• civitas

    Harry, there’ no way to stop people from blaming the US when terrorists kill people anywhere. If people want to let terrorists kill people and then blame someone else for the terrorists’ actions, there’s little anyone can do about that.
    How seriously should we even consider the views of people who are so confused about what’s going on? Think about it. If I told you that every time OBL kills people, I’m going to blame you for it, wouldn’t you think I was slightly off my rocker?

  • hc

    civitas, Its not only the terrorists who are irrational but also left-wing (and some conservative) commentators in the US and Australia. The war in Iraq has not gone to plan and military and civilian casualties mount. These deaths are in the main caused by an insurgency that seeks to deny Iraqis the right to choose the government they want.

    I agree with you – blaming the US is flawed – but that is the ethic driving opinion.

    I think at least these views need to be countered. Even if they are irrational.

  • civitas

    Harry, I understand that there are some irrational people out there. My question was, and is, how much credence should we give to their opinions? Whether they are terrorists or commentators? The fact is, they are irrational, and therefore, at least in my view, their views aren’t worthy of consideration.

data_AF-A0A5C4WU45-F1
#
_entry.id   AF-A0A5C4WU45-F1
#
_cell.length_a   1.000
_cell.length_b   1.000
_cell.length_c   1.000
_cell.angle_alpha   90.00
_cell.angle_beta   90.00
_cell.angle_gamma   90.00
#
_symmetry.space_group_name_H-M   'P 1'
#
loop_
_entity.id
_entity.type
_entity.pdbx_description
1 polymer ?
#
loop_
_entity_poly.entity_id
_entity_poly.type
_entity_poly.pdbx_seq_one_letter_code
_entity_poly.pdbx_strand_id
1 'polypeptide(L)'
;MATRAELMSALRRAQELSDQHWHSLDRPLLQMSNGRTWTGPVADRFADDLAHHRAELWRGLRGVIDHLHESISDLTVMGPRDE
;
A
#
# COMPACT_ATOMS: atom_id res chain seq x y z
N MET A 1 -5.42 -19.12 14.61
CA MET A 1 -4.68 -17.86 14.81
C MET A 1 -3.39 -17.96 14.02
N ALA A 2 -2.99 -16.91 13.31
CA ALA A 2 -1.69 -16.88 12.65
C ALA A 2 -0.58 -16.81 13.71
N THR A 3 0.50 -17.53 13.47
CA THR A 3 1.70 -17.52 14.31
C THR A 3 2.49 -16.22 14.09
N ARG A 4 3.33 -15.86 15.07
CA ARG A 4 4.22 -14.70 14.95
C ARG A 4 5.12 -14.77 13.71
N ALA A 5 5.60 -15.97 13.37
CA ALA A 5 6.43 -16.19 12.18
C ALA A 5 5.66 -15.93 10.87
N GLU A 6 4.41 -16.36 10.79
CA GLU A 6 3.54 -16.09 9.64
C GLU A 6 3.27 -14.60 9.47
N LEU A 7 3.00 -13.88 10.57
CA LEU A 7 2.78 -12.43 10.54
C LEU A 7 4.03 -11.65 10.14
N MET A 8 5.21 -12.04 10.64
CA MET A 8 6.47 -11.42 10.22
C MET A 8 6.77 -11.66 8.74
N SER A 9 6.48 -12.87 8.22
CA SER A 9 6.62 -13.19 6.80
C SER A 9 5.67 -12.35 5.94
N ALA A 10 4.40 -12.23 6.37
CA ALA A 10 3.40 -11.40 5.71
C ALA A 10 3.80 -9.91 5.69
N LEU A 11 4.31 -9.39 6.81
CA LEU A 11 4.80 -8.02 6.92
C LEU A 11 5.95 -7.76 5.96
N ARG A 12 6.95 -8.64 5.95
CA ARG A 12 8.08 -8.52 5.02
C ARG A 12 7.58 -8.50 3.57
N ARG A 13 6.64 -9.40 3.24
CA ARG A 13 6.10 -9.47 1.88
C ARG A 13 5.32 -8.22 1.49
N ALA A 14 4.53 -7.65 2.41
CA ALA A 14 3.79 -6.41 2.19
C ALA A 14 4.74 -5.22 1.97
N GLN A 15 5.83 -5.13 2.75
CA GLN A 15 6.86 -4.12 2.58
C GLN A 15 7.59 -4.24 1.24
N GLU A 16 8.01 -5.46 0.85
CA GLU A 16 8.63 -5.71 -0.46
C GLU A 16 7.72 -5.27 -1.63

No war ever goes to plan, it’s the nature of war. Would the insurgency, who does seek to deny Iraqis the right to choose the government, suddenly change their minds and stop the campaign to prevent democratic selection of a government in Iraq if the coalition suddenly left Iraq? My view is no. They’d be more likely to step up their campaign under those circumstances.

    Irrational views are not driving all opinion. Only the opinions of some. And honestly, if anyone’s views can be driven by the irrational, how seriously should those views be taken?